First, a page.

Firewater – The Man on the Burning Tightrope

The Man on the Burning Tightrope

The Man on the Burning Tightrope is the fourth release from Firewater, a hard-to-categorize band fronted by former Cop Shoot Cop lead singer Tod A. Other band members have played with the likes of the Jon Spencer Blues Explosion, Soul Coughing, and Jesus Lizard.
The album itself is an eclectic mix of, well, almost every instrument under the sun. Don’t be surprised to hear an organ grinder jamming with a trumpet atop some Celtic-tinged fiddles. Unfortunately, the very eclecticism that could make the disc fascinating is also its downfall. Without any sort of real focus, the music lacks cohesion, and often the basics of a good song seem to be neglected in favor the “everything including the kitchen sink” recording approach.
“Anything at All,” the first real track on the album, starts out promising until the lyrics fall into a rut of corny and repetitive similes that seem never-ending: “If I was a prison I would hide you in my walls / If I was an angel I would catch you when you fall / If I was…” and so on, ad nauseam, with some stuff about singing for the angels in heaven inserted for chorus purposes.
“Too Much (Is Never Enough)” blatantly borrows the main riff from Smashmouth’s “The Way That You Are,” and Tod A.’s scratchy vocal style doesn’t help ease the obvious comparison; sadly, even with so many similarities the track still manages to lose all the magic that made the original a hit. Several songs, including “Too Many Angels” and “The Man on the Burning Tightrope,” make use of that old psycho-circus-organ-grinder backdrop that has been used to better effect in the past by folks like Tom Waits, and even Cracker on their Gentleman’s Blues album. “Dark Days Indeed” brings in Latin rhythms and combines them with saxophones and accordions. I applaud the originality and experimentation, but once again, the song fails to engage.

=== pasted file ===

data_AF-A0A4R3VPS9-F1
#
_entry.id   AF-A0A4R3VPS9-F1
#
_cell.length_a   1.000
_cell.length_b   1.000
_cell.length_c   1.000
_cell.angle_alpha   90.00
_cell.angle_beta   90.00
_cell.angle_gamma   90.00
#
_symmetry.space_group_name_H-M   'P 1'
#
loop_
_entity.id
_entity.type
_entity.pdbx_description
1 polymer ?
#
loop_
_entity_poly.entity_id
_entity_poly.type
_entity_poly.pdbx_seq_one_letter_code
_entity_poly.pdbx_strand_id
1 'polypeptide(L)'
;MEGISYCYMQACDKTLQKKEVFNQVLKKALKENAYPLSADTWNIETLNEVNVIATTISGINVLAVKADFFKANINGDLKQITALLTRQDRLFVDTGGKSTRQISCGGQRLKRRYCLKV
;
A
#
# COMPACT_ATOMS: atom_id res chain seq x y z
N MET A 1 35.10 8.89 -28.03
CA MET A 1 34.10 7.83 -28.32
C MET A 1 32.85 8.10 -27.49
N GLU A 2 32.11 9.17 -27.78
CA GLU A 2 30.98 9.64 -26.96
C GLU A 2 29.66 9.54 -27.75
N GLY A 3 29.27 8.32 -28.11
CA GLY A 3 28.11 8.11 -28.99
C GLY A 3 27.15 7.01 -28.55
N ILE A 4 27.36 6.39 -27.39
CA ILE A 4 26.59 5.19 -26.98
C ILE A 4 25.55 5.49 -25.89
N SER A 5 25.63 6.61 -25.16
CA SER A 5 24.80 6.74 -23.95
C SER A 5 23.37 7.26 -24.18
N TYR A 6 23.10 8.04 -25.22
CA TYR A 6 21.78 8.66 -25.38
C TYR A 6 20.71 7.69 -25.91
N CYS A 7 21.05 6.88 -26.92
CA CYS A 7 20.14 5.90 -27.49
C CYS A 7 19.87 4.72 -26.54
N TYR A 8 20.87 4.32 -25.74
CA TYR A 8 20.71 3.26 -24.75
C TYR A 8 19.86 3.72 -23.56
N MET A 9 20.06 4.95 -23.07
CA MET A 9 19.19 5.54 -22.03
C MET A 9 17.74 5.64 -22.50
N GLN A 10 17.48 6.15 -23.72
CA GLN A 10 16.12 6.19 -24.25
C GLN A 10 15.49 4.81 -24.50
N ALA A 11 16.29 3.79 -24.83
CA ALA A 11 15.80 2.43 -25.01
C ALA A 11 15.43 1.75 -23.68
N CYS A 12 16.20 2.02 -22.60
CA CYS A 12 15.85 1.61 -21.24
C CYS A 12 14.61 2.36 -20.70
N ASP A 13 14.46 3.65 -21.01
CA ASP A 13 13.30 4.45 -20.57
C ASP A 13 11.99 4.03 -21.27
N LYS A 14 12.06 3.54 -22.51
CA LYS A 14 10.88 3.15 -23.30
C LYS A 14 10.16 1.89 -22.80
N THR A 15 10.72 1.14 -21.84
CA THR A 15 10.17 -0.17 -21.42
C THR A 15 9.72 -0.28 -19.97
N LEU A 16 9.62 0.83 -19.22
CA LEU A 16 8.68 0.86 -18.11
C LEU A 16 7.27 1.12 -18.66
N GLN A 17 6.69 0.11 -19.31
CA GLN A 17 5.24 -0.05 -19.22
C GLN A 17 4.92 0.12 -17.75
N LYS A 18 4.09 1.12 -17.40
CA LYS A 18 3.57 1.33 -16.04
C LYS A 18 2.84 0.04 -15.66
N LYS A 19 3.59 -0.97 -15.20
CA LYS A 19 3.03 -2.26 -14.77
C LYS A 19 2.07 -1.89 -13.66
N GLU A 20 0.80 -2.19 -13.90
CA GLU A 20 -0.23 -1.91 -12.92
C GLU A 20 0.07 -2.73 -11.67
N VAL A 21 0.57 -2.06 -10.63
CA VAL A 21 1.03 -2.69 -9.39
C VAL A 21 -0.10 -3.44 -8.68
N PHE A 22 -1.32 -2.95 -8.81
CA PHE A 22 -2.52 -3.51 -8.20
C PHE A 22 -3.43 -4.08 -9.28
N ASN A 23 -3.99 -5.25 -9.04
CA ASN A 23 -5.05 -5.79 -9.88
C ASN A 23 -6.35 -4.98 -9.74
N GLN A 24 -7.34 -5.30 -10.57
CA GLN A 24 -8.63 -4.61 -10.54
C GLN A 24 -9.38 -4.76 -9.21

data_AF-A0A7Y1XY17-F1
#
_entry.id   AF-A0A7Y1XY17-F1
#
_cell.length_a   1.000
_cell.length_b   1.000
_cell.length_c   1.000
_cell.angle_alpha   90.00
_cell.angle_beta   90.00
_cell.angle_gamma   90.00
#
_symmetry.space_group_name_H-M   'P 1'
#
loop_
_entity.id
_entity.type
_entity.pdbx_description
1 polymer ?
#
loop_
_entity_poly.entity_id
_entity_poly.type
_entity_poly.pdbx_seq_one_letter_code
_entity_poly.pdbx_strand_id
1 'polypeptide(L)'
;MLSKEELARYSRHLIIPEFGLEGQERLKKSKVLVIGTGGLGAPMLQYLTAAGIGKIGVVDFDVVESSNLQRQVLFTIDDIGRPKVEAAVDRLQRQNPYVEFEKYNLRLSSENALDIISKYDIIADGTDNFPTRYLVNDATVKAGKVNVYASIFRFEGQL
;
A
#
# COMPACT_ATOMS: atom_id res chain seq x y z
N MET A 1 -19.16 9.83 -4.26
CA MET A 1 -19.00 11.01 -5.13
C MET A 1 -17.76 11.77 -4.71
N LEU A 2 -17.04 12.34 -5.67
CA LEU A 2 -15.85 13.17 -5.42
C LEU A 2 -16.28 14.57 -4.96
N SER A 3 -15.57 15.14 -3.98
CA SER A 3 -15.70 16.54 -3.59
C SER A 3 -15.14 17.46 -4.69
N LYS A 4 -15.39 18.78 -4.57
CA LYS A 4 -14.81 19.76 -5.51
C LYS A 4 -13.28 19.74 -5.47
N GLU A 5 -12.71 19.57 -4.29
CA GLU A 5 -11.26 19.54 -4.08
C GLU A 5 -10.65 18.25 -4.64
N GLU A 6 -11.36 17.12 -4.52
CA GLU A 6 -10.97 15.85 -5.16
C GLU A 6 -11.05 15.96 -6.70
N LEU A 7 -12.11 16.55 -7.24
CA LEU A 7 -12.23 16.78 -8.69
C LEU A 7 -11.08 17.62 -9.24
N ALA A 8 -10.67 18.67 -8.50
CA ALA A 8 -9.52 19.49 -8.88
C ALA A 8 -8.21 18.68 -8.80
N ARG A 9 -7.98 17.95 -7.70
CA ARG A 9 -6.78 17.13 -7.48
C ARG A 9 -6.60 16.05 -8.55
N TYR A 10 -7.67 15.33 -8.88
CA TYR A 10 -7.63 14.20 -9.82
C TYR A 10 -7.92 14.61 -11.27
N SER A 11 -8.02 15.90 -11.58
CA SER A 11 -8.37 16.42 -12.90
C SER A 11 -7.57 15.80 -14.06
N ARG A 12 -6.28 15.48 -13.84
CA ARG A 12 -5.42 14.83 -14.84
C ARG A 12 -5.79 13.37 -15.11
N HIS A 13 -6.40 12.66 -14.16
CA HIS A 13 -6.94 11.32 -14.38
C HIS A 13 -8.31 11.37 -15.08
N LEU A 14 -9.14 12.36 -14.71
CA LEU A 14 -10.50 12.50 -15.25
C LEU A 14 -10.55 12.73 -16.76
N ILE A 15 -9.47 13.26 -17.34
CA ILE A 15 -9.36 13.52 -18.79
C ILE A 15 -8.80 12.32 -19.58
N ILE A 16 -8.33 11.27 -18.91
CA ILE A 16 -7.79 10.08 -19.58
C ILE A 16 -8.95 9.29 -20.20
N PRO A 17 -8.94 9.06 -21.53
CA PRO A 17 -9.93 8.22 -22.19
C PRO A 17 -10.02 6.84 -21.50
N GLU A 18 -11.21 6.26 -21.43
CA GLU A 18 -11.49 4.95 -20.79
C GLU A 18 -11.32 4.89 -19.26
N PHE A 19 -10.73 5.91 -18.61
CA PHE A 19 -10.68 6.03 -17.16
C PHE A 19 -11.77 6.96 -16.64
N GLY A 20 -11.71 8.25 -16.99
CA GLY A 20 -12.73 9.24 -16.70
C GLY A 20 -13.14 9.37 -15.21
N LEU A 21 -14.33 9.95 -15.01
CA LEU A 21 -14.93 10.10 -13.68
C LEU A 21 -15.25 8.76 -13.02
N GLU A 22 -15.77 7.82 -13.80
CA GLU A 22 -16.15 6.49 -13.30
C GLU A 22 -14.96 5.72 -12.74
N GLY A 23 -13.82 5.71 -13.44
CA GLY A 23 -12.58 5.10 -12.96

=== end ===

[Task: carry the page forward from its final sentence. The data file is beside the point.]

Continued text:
I like what Firewater is trying to do. There’s lots of originality and variety here, and the mood is intriguingly strange and dark. Every single musician on this disc is highly talented and the playing is superb – but the end result isn’t. I really wanted to like this album, but I don’t. To me, the songs are simply too self-consciously eclectic to work. I find myself too busy listening for the next weird instrument combo or intentionally strange lyric to ever lose myself in the music. Without a clear direction or rock-solid songs, The Man on the Burning Tightrope bogs down in its own ambition. Maybe next time.